Obligations of book reviewers.

Mark Athitakis sums it up:

Earlier this week the FTC released new guidelines on how bloggers must disclose their relationships with commercial entities. I haven’t spent much time thinking about this—unlike smart people who have—mainly because I suspect any battle between the gummint and bloggers will attack women and children first. Relatively speaking, me and my modest stack of advance reader’s copies aren’t worth anybody’s attention and trouble. I’ve always considered ARCs as a tool to do my job, not some great prize; I receive them, but, like editors at newspaper book reviews, I feel no particular obligation to review them, acknowledge their existence, or announce their provenance if I do get around to mentioning them.

I received a review copy – the finished book, not an ARC – the other day that the publisher paid over $20 to have shipped to me. I feel no obligation whatsoever to name it, or to attempt to review it (as it’s likely way over my head, and I would not do the book the justice it may well deserve) despite the outlandish expense incurred to send it to me. It’s one of many, and there are only so many hours in the day. It will likely get passed on to a reviewer at Identity Theory.

You know Mark is on the straight and narrow, because if he was making any profit whatsoever from ARCs, he wouldn’t be drinking Folgers. No way


Weekend reading.

  • Here’s a new short story by David Mitchell.
  • David Ulin has an interesting piece in the Los Angeles Times about difficulty with focusing on reading, given the hypnotic internet.  There’s been a lot of enthusiastic assent about this article … on the internet.
  • Michael Pollan thinks you might enjoy putting down the Hamburger Helper and doing some cooking.
  • Two new reviews at Identity Theory this week: the excellent Of Song and Water by Joseph Coulson, and Hurry Down Sunshine (also quite good) by Michael Greenberg.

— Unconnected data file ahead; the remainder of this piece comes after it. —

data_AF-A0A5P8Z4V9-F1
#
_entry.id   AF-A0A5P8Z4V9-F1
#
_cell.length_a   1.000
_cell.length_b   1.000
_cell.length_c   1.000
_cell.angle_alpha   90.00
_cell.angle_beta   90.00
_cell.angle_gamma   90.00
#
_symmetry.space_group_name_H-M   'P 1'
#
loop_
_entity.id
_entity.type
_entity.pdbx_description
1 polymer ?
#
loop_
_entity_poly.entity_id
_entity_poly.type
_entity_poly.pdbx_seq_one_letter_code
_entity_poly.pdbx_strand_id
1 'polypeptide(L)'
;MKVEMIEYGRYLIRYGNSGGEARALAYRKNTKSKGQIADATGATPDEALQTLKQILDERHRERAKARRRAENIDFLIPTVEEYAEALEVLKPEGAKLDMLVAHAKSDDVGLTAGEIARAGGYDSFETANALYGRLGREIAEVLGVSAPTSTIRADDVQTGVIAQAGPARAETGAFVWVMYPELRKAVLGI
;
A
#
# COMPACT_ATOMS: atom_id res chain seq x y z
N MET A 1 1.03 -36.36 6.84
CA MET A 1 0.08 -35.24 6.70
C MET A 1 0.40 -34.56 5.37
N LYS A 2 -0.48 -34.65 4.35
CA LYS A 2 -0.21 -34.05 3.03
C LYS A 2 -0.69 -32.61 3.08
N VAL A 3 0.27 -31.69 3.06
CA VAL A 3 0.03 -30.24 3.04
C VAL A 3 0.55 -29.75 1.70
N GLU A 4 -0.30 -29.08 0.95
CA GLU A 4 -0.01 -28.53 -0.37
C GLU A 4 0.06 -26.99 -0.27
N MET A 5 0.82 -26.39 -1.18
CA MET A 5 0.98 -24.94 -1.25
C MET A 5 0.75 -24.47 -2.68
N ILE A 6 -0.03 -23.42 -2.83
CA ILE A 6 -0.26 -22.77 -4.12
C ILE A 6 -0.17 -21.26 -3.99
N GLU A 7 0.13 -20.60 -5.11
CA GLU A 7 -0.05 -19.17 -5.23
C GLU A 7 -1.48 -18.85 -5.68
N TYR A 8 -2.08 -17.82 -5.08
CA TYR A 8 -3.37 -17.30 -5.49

We’ve done four already but now we’re steady.

“Either you see this as a hyper-intellectual exercise in promoting the lexicon of oenology as a valid critical system while simultaneously subverting it and subjecting it to ridicule–or you think it is just some dudes who want to drink some really good wine and listen to Led Zeppelin. No matter what, it is still going be the best salon since Dorothy Parker made that crack about horticulture. I imagine the discussion is going to get plenty heated by the time we spin ‘Kashmir.’ And everyone who comes to the tasting is leaving with a book.”



“Manual of Detection” reading in Portsmouth.

Via FoC Michele at Reading is Breathing comes this welcome news:

The Manual of Detection by Jedediah Berry

Tuesday, March 10, 2009 – 7:00pm

RiverRun Bookstore and The Red Door present Jedediah Berry reading from The Manual of Detection

Join RiverRun at The Red Door (107 State Street in Portsmouth) for our new literary series featuring some of today’s best contemporary writers. Enjoy a drink at the martini bar while listening to an imaginative novelist read from his debut novel.

“Berry’s ambitious debut reverberates with echoes of Kafka and Paul Auster….This cerebral novel, with its sly winks at traditional whodunits and inspired portrait of the bureaucratic and paranoid Agency, will appeal to mystery readers and non-genre fans alike.”

─ Publishers Weekly

“In his first novel, Berry has created a wonderful and fantastic world, a vintage mystery seen through a hall of fun-house mirrors….”

─Kirkus Reviews